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  8. "I want my son to be in touch with his emotions, but not be ruled by them." This is beautiful! It is a difficult balance to learn for grownups, yet alone little ones, but it is such an important thing to master. Bravo to you for helping him. Your perspective and reasonings are sound. We just had to put the gauntlet down at our house and my kids are not very happy with the limitations. Because we are doing this not as a way to punish them but as a way for them to learn and grow, I don't feel mean issuing the consequences we decided on.

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  9. Yeah for you! When I hear a "whimpy crybaby" at the store, I want to punish the parents. They ignore their children, putting on a deaf ear. Gosh, they might hurt their ego. I hat my kids tell me they "hate me" many times, but they grew up to be responsible, hard working and very successful in their chosen fields.

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  10. i agree kids should have limits, chores, consequences. Too many do not and they are the ones following Bernie expecting free college, free phones and $15/hour flipping burgers.

    I was with you till the stitching thing. Kids will develop hand eye dexterity at different ages. Frank's hands always shook slightly, as an adult they are still shaky. He has what is called an essential tremor. No amount of punishment would have made him stitch straight!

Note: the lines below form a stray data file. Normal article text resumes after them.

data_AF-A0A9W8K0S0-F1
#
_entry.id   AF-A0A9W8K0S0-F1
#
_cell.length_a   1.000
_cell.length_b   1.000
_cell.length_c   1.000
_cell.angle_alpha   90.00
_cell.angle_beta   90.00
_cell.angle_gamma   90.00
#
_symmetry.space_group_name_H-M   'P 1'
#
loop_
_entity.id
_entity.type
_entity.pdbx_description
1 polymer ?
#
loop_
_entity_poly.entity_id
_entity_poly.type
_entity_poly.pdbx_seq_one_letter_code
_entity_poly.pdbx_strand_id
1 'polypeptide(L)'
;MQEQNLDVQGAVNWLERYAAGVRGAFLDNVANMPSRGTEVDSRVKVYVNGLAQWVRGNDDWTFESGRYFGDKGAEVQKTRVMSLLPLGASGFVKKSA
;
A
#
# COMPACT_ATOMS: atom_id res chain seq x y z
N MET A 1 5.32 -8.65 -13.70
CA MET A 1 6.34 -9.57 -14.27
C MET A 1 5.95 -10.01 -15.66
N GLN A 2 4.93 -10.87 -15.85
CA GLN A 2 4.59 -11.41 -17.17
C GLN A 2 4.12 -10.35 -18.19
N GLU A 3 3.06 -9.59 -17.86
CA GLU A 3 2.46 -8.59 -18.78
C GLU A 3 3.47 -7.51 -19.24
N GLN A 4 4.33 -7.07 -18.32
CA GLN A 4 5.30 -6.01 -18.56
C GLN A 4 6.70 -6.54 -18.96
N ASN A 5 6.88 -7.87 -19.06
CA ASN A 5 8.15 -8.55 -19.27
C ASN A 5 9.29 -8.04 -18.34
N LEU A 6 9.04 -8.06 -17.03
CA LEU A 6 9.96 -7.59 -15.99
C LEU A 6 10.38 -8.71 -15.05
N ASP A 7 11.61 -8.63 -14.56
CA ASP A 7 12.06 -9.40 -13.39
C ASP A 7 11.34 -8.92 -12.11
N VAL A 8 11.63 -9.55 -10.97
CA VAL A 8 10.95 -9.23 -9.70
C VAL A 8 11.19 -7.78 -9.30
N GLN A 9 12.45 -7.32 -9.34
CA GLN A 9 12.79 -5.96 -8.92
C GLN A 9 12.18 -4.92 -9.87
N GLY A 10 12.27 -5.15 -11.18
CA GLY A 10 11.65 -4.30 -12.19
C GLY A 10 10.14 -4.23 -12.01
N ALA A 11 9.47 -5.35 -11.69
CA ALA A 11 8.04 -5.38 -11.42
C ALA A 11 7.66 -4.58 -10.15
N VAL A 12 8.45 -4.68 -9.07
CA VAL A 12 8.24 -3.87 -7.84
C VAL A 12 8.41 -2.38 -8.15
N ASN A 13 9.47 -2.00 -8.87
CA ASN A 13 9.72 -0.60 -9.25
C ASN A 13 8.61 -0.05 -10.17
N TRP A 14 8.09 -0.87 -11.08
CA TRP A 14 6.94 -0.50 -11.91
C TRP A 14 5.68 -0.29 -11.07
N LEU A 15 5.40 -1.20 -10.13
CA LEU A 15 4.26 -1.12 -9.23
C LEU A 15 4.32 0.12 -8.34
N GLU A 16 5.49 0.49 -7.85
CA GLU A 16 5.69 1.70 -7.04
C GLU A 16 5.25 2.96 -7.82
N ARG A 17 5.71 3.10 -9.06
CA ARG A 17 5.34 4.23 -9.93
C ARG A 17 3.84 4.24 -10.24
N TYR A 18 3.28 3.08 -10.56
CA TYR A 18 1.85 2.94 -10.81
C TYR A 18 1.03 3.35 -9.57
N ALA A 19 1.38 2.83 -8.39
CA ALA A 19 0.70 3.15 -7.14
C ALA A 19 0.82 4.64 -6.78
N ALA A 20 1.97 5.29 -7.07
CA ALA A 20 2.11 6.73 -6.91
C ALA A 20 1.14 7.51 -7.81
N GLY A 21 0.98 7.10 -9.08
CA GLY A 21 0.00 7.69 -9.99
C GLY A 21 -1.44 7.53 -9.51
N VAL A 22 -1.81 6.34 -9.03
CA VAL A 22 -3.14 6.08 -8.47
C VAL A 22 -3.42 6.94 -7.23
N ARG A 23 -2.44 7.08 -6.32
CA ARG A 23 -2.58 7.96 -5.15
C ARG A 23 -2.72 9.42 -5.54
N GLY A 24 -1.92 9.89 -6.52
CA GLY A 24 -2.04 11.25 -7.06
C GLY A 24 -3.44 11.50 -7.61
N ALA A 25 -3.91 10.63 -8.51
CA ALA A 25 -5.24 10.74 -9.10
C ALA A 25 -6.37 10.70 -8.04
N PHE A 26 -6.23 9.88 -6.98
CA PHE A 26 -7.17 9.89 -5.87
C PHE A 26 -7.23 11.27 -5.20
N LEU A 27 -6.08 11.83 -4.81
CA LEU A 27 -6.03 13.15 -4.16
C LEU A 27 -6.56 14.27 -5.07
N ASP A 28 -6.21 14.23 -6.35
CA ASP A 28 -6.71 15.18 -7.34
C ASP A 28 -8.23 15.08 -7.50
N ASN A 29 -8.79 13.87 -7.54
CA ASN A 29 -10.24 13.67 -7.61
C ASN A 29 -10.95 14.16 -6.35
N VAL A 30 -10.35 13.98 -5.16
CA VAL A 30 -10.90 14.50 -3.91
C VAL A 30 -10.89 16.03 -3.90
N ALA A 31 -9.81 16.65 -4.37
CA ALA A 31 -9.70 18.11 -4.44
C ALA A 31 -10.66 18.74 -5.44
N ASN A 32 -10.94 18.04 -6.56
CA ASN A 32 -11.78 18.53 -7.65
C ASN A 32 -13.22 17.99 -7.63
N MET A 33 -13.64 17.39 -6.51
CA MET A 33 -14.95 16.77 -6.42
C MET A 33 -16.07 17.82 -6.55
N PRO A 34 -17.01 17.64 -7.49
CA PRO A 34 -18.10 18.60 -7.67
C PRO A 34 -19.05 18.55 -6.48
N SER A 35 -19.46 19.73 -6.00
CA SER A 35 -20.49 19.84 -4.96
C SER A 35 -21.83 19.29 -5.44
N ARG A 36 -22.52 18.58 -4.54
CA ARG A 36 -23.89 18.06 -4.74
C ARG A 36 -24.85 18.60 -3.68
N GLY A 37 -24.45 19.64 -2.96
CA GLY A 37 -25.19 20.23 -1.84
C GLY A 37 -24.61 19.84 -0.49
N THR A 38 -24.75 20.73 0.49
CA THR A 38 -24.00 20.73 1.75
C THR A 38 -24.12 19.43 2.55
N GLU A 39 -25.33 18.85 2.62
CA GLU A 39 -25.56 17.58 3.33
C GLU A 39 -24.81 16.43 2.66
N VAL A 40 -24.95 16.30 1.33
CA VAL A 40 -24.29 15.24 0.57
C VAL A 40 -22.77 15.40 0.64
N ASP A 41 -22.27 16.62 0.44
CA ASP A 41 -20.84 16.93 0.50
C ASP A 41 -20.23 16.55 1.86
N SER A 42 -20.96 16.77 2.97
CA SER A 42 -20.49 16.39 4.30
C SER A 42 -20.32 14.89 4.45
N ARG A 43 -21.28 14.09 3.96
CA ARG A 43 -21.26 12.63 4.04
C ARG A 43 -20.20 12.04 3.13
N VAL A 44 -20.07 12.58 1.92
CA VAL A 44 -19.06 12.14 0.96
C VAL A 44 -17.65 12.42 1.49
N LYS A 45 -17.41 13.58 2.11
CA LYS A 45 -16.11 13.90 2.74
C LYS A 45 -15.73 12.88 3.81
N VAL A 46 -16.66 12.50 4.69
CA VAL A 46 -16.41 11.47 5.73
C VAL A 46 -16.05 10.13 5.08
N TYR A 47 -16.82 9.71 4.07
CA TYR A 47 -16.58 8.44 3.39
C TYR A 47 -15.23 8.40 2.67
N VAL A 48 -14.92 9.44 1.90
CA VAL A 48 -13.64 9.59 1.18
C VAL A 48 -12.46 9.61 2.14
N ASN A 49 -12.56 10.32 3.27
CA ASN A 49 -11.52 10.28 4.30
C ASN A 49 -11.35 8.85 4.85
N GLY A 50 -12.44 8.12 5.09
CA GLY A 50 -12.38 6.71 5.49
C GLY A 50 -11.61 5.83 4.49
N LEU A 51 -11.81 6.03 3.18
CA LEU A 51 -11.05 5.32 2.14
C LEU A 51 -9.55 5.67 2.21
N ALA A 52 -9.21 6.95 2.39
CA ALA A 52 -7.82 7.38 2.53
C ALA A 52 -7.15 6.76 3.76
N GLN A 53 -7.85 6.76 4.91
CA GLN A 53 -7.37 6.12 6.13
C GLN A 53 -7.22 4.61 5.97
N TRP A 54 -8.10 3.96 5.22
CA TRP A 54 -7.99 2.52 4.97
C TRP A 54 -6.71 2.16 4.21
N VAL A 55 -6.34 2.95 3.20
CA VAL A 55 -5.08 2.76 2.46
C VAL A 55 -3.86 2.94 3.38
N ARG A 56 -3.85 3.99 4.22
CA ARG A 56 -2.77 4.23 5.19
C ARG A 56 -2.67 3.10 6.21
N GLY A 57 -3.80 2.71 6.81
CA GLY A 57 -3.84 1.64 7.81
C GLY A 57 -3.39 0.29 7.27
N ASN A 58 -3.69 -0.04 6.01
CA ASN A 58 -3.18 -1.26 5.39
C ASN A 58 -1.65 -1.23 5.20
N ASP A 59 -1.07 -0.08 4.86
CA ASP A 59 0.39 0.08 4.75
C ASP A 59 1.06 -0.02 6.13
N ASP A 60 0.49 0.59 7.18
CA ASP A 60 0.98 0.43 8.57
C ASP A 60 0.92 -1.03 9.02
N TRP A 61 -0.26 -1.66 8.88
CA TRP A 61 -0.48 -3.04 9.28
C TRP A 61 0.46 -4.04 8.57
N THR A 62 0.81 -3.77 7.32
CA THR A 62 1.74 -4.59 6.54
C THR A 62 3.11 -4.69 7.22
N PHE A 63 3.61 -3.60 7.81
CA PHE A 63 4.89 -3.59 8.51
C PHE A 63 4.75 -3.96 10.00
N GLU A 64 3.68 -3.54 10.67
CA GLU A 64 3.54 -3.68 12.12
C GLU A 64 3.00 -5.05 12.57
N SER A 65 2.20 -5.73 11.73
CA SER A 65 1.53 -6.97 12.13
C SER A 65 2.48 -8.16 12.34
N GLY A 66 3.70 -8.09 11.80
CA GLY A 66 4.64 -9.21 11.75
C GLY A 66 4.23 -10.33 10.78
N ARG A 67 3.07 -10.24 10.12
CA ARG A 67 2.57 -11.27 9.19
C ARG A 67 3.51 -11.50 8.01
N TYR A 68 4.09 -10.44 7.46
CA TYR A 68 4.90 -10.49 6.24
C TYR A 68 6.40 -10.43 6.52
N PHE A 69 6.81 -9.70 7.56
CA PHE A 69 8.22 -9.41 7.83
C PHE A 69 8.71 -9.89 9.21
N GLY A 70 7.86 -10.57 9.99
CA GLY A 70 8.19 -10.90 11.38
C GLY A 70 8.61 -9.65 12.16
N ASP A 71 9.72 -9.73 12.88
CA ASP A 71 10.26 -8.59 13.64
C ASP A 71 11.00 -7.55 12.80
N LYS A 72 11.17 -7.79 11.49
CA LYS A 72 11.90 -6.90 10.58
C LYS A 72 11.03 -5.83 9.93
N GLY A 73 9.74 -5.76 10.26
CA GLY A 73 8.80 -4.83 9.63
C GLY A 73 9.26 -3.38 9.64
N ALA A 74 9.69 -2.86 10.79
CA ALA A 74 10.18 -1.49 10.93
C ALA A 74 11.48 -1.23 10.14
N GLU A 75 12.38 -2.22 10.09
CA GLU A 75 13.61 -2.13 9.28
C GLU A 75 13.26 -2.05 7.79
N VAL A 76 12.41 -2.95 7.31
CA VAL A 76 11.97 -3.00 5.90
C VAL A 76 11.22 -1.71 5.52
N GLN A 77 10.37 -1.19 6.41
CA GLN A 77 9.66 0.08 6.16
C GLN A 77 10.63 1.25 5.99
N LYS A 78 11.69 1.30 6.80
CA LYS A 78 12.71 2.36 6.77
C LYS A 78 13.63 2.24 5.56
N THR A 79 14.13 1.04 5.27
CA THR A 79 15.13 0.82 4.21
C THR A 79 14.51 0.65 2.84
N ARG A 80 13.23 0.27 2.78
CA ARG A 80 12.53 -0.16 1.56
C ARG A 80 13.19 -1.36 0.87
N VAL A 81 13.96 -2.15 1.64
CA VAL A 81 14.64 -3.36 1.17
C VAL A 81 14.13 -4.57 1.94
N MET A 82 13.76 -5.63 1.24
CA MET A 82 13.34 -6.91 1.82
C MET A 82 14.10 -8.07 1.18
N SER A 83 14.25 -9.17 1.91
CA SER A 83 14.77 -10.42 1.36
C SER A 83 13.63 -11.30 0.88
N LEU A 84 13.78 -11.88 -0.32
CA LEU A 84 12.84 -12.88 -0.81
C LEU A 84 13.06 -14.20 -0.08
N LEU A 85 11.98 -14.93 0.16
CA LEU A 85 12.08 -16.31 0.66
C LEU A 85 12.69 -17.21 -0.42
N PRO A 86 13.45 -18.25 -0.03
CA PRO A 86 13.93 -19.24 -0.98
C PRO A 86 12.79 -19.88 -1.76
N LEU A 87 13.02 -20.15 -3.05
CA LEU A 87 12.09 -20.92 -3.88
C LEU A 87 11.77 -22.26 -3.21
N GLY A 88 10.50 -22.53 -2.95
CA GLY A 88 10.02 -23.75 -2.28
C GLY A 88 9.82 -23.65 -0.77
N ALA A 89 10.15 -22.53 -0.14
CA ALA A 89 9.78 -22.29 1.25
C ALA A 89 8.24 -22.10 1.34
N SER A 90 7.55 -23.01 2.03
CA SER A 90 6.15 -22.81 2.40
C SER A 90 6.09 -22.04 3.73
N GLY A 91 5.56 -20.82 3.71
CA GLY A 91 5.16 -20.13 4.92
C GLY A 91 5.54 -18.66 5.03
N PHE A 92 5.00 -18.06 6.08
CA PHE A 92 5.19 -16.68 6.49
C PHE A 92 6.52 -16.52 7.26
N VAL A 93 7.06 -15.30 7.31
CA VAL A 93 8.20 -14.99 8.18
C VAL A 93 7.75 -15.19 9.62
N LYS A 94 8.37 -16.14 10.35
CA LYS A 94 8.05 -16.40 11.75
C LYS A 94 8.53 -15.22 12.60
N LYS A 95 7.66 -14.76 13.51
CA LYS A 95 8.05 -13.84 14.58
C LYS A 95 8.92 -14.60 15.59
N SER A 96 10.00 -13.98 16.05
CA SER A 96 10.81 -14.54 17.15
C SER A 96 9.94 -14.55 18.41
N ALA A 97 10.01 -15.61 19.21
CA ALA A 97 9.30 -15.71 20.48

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    1. I completely agree that punishing straight stitching would be insane. I was punishing James making a mistake in inserting the needle going the wrong direction (up instead of down) so the thread looped over the seam allowance instead of forming a stitch. I fixed it three times in a row, and each time he rushed and made the same mistake. Taking a break with 15 pushups forced him to pay attention and he slowed down and put more attention into the task.

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  11. Parenting is the hardest job - amd you are the expert about your child.
    Your style sounds good to me.
    Seeing the photo of James mowing the lawns is great my DS loved doing the lawns - could I suggest that he should be wearing some sort of ear plugs to protect his hearing

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  12. Parenting isn't easy! What will help get you through is the conviction it will benefit ALL of you in the end (and us...everyone who lives with the children being raised.)

    You are brave to be so open. There will be somebody to find fault with any parenting choice...literally any.

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  13. I love what you're doing. Very creative! Especially like the push up idea, which I had used that with my step kids!

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  14. I love this article and completely agree with you! Also, I remember my mother locking my brothers and myself outside and we are just fine!